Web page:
October 25, 2014
#politicsandthepressSaturday, July 19, 2014
Fair and equitable, revisited
For The Herald
Once upon a time, yet not so long ago, this political nation was imbued with media issues, so much so that some of the top guys in charge of the economy would spend an entire afternoon attending the shareholders’ meeting of the country’s largest media company, Grupo Clarín, labelled as the government’s Number One enemy. Now media news comes and goes, almost unnoticed. The reason? Other seemingly more important news is taking centre stage.
Things are happening on the media field, but they do not seem to match the more life-or-death debt holdouts saga or the economic recession creeping slowly but surely, let alone the World Cup passion while it lasted. The good news: there is real news now (or so it seems). The bad news: no news is good news.
The country burst the World Cup bubble in the just over three hours that went from the final whistle in Maracanã stadium last Sunday to the hooliganism that gripped downtown Buenos Aires during the massive second-place celebration. The team and the coach were not in the mood for celebration when they landed in Ezeiza the day after losing the final to Germany and President Cristina Fernández de Kirchner welcomed them with an extra dose of euphoria they were not eager to take, at least by the look of their faces.
Context is almost everything in public communication. Regardless how noble one believes it was (is), the government’s war to the finish with the Clarín conglomerate did a great job in subverting the order of priorities in the second half of the Kirchner era, now into its 12th year. Now that the two boxers are throwing weak punches after over five years of combat, the news coming from the ring cause much lesser impact than in the past and the two seem ready to come to terms with the idea that the worst is over and what was crucial in the past is not longer as important.
That is why tidbits of information that would otherwise (in a different context) make it to the front pages and en0gage the country’s leading political actors are buried back in the inside pages. Over the last few days, for instance, the government and Grupo Clarín picked back their guns and now threaten to go back to the courts over the fine print of the media giant’s plan to adapt to anti-trust rules established by a 2009 Media Act. Last October, the Supreme Court compelled the media behemoth to comply with the government-sponsored legislation but also warned the government that the enforcement of the law needed to be fair and equitable for all the parties involved.
Sounds familiar? “Fair and equitable” is also the line the government is using to frame a potential negotiation to sort out the imbroglio with the holdouts of Argentina’s public debt restructuring of the last decade, after the country lost a legal case which climbed all the way to the US Supreme Court. Paradoxically, the government is largely depending on Judge Thomas Griesa of New York ordering a freeze (called “stay” in the US), which was the main legal weapon the Clarín Group used to keep the Media Act on hold during four long years of court wrangling.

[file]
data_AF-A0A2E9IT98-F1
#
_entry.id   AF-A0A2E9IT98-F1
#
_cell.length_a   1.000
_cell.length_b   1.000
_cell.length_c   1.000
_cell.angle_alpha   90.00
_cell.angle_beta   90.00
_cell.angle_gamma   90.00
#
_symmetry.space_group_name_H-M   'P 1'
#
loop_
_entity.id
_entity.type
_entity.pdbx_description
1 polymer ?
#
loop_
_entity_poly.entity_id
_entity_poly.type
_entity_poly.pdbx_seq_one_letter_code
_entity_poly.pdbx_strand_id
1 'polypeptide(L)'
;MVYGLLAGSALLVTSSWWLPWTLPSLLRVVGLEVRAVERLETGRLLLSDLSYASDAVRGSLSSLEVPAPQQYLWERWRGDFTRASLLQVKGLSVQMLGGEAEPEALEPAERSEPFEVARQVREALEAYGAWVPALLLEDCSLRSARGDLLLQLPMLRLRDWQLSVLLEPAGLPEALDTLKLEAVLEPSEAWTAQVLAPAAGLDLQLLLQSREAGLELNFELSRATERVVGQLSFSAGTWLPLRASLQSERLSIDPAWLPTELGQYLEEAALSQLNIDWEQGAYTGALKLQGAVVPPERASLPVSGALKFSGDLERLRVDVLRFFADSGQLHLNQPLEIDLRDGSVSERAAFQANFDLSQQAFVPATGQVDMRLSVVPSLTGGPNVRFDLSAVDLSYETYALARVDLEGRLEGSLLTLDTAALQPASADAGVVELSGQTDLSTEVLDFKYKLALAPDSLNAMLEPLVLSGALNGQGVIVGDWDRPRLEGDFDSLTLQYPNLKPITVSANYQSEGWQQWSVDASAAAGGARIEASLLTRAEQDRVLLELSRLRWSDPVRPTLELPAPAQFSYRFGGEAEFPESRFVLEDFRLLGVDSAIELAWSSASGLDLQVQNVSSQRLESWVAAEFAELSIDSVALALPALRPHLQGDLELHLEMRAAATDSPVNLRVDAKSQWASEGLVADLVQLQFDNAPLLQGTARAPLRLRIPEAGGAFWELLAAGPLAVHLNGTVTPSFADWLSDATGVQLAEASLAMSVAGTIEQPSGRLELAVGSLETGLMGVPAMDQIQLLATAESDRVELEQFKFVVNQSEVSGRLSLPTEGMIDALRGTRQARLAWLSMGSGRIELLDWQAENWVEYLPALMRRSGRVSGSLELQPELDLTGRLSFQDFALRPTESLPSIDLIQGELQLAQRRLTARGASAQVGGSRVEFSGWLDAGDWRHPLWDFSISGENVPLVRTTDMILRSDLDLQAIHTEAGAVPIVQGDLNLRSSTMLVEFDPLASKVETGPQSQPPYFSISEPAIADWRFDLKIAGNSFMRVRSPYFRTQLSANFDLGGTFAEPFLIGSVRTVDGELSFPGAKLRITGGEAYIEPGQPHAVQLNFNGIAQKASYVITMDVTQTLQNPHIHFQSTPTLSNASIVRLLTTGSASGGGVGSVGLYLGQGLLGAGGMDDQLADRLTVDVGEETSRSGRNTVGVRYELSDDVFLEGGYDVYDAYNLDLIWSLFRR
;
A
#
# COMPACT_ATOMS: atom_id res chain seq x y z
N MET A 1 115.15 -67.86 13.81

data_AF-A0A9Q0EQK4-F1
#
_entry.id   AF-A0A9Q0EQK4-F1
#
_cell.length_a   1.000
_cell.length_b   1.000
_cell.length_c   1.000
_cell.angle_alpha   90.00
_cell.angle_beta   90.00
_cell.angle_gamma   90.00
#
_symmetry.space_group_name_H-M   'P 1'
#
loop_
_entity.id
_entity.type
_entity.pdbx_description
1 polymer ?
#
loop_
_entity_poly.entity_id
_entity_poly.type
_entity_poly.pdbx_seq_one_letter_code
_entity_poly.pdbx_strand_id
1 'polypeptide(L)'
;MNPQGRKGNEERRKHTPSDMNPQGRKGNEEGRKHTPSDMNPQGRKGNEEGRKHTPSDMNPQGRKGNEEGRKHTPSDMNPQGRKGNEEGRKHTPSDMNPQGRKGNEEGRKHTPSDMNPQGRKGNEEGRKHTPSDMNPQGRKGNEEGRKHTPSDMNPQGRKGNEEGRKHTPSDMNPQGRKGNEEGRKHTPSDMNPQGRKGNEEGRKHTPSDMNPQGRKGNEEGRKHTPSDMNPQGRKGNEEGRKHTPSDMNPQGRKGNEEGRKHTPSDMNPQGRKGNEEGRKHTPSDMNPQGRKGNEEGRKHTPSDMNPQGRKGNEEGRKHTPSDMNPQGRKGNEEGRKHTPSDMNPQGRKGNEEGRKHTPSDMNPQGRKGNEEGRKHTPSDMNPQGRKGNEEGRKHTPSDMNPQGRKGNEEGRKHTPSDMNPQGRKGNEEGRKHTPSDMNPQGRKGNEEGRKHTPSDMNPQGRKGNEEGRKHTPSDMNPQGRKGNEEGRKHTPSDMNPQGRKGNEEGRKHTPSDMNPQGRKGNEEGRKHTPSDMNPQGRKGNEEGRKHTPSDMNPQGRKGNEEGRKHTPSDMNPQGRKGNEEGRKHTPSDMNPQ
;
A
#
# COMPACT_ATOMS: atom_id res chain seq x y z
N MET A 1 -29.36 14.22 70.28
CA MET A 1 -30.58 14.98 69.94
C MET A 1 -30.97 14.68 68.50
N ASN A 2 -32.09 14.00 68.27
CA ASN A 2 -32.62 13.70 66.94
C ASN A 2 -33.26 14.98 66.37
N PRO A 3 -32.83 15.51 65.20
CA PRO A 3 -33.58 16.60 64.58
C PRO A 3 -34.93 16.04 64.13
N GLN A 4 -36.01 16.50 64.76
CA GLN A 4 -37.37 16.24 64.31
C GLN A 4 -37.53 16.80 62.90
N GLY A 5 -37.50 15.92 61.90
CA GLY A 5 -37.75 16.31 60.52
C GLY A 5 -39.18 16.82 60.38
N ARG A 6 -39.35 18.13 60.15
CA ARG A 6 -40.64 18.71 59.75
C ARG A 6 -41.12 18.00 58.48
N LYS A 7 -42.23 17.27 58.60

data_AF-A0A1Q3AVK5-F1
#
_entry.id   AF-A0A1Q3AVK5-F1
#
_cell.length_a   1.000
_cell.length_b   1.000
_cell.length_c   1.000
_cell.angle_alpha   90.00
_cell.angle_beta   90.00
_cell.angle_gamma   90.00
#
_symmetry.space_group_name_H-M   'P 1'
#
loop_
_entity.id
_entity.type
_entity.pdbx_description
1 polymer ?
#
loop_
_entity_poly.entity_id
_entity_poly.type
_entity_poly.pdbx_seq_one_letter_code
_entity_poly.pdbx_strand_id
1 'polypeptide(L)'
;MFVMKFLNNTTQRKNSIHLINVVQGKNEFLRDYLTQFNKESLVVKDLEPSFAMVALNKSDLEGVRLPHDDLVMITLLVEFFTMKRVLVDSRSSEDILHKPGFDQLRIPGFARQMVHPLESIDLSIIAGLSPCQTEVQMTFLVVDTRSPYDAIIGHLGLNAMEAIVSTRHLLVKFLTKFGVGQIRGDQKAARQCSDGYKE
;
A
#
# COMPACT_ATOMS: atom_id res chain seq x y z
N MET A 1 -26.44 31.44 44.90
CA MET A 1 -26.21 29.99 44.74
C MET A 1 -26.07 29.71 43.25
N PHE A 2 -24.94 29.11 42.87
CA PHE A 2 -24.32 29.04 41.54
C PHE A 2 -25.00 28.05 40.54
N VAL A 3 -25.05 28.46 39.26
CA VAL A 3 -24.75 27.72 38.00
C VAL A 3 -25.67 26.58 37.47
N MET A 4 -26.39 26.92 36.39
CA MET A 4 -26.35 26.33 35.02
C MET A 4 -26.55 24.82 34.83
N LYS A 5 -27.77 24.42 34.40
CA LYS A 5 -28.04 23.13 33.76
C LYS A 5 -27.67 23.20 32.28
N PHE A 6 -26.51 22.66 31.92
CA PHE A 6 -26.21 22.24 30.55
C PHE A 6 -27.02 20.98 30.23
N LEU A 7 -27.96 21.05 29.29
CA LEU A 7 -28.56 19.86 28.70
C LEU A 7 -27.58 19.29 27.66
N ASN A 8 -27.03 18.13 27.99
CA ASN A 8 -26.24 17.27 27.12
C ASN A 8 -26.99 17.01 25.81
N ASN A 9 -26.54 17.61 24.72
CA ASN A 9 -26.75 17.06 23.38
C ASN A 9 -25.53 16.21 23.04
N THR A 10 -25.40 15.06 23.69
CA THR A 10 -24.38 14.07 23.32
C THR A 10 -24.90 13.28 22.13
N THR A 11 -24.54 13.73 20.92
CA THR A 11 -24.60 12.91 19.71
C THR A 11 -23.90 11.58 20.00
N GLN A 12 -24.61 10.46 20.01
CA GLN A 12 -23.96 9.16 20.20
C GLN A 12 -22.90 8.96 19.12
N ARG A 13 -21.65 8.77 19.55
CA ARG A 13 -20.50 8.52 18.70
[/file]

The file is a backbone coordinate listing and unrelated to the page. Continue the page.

After submitting a divesting proposal to break up its media estate in six slices earlier this year, Grupo Clarín got second thoughts about a handful of cable channels it would now rather keep. The AFSCA federal broadcasting authority has turned down its petition to keep the channels. Clarín lawyers are hinting at court action. Here we go again.
An appeals court, meanwhile, yesterday threw away a case filed by Grupo Clarín against Economy Minister Axel Kicillof and former Domestic Trade Secretary Guillermo Moreno for having attended a company stockholder assembly last year as representatives of the handful of shares owned by the ANSeS social security administration. There was no crime, the court said.
Chinese President Xi Jinping’s visit here this weekend has raised a number of expectations regarding the advance of the bilateral relationship, especially investments in infrastructure and financial help at a time each dollar coming in makes a different for the government.
But China was in the news this week for a media matter of international relevance. One of the most popular Chinese state television anchors was detained, allegedly on allegations of corruption and influence peddling. Rui Chenggang, the 37-year-old evening host of the financial programme Economic News in the government’s China Central Television of CCTV, became world famous in 2007, when he got Starbucks out of the Forbidden City in Beijing. Rui is one of the network’s most popular figures and his show gathers audiences of up to 10 million people every night. He is fluent in English and has on several occasions been the face of “modern China” abroad, including at high-profile places like the World Economic Forum in Davos. Although there is no official information on the grounds of Rui’s arrest, reports indicate he could be part of a graft ring involving a prominent global public relations firm headquartered in the US.
Xi, who enjoys State visit treatment while in Buenos Aires and triggers the fascination of representing the world’s rising power, is not likely to be drilled on Rui.